How to Evaluate Your Job Interview PerformancePosted on February 15, 2017
Have you just completed a job interview? Maybe you have had several interviews recently, but so far, no firm job offers. We know that waiting for a response after a job interview can be one of the most frustrating elements of the process. You sit at home overthinking every little detail in an attempt to work out how it went.
Evaluating your performance in an interview will not only give you an idea of how well you did, but also highlight areas where you can improve in future interviews. Here are just a few areas where you can assess how you did:
Did You Do Any Preparation in Advance?
The worst thing you can do is walk into an interview unprepared. A good recruiter will be able to tell almost immediately if you haven’t done your research. Things you should have considered investigating include:
- The products or services that the company offers.
- The financial performance of the company.
- The future plans and goals of the company.
- The company’s competition and their industry in general.
Whilst looking at your potential employer’s website is a good place to begin, did you look beyond that? Taking the time to thoroughly investigate the company you wish to work for will give you the ammunition to confidently answer any questions that may be thrown at you.
How Well Did You Present Yourself During the Interview?
In our recent blog, we looked at what your body language tells a recruiter during your interview. It is natural to be nervous during an interview, but the last thing you want is for your body language to give this away. Think back to your last interview – did you do any of the following?
- Struggle to maintain eye contact.
- Smile excessively or not enough.
- Sit with bad posture.
- Have a weak handshake.
If you know that these are things you do, it might be worth conducting practice interviews with a friend to try and teach yourself to overcome them.
How Well Did You Handle the Interviewer’s Questions?
With high application levels for most jobs, employers will only be looking for the very best candidates to take forward. How you handle questions during an interview comes back to how well you prepared for the interview. If you have done your research, you should be able to answer the majority of questions quite comfortably. However, in an attempt to identify the strongest candidate, an employer will sometimes throw in a question from left field to get you make you think on your feet. If this was the case during your interview, ask yourself if you:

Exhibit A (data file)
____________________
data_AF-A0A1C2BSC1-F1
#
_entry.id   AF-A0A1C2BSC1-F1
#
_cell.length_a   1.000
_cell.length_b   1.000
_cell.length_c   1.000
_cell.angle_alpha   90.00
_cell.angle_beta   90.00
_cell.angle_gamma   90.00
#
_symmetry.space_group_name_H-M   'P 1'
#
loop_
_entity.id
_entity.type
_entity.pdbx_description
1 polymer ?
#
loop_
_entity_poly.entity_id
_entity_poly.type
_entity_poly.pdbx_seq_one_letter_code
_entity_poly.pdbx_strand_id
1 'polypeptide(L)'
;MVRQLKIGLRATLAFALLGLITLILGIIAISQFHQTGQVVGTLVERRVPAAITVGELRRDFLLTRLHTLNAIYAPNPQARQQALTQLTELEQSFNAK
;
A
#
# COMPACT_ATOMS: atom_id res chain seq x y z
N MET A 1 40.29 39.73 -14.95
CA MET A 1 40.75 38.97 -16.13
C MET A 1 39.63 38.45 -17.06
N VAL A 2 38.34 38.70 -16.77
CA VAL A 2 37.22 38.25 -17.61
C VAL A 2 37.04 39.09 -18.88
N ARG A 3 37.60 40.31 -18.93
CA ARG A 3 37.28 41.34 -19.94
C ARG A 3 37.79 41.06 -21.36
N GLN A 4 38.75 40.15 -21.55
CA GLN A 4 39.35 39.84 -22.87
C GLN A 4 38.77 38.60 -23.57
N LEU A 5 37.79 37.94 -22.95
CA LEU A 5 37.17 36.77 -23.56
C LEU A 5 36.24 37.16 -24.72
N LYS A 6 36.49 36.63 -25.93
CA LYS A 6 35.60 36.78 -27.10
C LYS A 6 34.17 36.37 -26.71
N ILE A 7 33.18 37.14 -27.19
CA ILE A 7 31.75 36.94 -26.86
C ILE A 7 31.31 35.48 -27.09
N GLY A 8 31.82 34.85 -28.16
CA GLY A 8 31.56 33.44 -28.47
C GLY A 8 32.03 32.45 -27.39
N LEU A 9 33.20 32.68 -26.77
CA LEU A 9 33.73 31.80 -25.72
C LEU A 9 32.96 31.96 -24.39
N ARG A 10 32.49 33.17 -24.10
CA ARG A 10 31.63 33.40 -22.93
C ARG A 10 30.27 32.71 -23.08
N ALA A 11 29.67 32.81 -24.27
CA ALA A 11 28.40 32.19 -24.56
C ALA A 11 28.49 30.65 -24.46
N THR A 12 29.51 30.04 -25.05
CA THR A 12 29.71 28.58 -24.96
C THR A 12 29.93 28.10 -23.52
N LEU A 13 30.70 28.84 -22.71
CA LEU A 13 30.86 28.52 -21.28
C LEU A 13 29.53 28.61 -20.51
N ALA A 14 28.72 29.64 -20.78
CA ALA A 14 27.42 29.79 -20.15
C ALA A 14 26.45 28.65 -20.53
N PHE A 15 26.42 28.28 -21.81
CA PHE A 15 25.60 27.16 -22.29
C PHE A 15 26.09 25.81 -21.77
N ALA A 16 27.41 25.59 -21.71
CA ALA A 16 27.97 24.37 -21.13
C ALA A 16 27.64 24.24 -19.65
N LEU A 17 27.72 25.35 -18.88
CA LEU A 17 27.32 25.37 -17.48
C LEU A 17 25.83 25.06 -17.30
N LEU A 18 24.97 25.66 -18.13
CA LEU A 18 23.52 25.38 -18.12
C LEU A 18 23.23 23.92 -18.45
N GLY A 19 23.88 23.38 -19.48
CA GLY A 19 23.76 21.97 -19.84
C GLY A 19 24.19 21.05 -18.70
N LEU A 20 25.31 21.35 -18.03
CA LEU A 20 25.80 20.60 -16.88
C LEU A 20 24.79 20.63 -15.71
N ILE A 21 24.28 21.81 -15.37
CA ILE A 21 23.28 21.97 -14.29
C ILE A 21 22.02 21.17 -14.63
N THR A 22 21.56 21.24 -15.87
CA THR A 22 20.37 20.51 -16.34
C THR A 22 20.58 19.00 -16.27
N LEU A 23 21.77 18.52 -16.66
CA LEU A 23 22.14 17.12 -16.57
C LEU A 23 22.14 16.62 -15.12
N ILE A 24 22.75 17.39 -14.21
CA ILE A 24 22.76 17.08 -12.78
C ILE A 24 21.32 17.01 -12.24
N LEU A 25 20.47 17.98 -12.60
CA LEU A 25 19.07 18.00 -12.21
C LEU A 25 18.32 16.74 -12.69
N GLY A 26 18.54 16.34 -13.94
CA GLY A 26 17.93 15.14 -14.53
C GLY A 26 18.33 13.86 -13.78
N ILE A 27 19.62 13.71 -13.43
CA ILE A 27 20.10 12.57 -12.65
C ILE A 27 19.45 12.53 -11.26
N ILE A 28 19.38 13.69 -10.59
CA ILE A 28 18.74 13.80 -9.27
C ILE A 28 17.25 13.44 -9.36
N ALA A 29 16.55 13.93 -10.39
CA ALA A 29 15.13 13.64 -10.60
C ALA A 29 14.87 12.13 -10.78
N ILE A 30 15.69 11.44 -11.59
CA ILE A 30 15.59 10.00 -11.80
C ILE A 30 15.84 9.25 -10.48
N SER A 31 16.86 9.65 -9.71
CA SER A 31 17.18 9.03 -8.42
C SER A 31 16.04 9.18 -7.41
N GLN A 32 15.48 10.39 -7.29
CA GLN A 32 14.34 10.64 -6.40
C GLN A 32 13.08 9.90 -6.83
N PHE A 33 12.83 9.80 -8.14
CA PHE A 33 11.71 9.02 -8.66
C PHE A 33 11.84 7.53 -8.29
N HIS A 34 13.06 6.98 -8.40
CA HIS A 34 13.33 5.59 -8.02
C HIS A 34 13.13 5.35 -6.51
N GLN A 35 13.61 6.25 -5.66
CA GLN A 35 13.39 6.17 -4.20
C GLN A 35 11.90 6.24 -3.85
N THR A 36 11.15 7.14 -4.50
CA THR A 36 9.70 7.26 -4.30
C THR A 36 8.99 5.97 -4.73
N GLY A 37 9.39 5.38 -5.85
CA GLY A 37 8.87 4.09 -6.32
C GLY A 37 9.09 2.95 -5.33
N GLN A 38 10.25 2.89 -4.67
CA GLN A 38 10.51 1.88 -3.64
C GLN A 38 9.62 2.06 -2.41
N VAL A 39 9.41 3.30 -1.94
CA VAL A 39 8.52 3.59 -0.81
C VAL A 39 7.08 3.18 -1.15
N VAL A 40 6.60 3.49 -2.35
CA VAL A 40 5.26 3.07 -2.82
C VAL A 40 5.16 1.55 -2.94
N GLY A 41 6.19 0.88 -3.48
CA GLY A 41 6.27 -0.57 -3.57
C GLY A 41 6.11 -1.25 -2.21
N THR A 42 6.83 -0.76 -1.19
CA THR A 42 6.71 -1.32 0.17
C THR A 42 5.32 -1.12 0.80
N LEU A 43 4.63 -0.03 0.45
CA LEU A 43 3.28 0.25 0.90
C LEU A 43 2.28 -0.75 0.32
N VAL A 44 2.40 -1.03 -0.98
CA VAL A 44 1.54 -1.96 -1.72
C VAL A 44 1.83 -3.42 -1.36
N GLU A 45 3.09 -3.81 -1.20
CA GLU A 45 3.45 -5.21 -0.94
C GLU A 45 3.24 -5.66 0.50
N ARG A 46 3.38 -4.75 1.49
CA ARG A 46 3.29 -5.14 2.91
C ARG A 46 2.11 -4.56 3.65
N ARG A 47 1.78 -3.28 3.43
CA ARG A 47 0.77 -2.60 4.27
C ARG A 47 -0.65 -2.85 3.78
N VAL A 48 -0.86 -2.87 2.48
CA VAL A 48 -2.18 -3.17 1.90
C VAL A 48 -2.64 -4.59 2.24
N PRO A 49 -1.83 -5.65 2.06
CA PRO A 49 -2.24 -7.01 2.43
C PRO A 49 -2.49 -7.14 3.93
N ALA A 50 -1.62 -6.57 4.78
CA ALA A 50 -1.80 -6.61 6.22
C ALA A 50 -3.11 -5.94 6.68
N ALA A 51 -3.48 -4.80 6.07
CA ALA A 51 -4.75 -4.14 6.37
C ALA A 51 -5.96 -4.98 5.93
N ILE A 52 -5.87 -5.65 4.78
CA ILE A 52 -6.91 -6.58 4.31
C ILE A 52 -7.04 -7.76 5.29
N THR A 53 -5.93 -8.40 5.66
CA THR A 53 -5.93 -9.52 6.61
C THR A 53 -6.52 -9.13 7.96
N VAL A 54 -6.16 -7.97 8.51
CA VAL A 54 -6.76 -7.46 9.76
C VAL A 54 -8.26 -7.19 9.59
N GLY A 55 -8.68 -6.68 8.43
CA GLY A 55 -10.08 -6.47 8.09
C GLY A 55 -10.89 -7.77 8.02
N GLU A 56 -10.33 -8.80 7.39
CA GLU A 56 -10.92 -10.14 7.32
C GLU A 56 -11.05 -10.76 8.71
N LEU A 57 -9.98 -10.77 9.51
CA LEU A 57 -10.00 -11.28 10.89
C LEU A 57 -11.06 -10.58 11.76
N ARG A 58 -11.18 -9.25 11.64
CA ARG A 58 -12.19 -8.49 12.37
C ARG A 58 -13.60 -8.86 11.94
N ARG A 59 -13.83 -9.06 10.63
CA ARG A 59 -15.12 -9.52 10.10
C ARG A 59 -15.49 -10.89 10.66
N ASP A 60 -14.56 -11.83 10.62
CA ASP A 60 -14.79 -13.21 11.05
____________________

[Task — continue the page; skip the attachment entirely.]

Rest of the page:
- Were able to deliver a confident answer.
- Were able to troubleshoot and diagnose the problem under pressure.
Did You Follow Up on the Interview?
You might do well during the interview, but failing to follow up afterwards could cost you the job. For many companies, it’s important for candidates to follow up on their interview to demonstrate their enthusiasm for the job. A simple thank you can make you stand out from the crowd, but make sure you stand out for the right reasons. No busy recruiter wants to be pestered. Get in touch within a day or two, keep it short and sweet, and don’t be too pushy. Remember to pay attention to how your interviewer prefers to communicate: if they told you they never read emails, you know it’s best to call. Did you make any of these mistakes with your follow up? It could be why you didn’t get an offer.
Not getting any luck so far in your job search? Maybe it’s time to try a different tack. At People with Energy, we’ve placed candidates in fantastic new roles across the UK and around the world. To find out how we can help, please send a copy of your CV to firstname.lastname@example.org and one of our consultants will be in touch.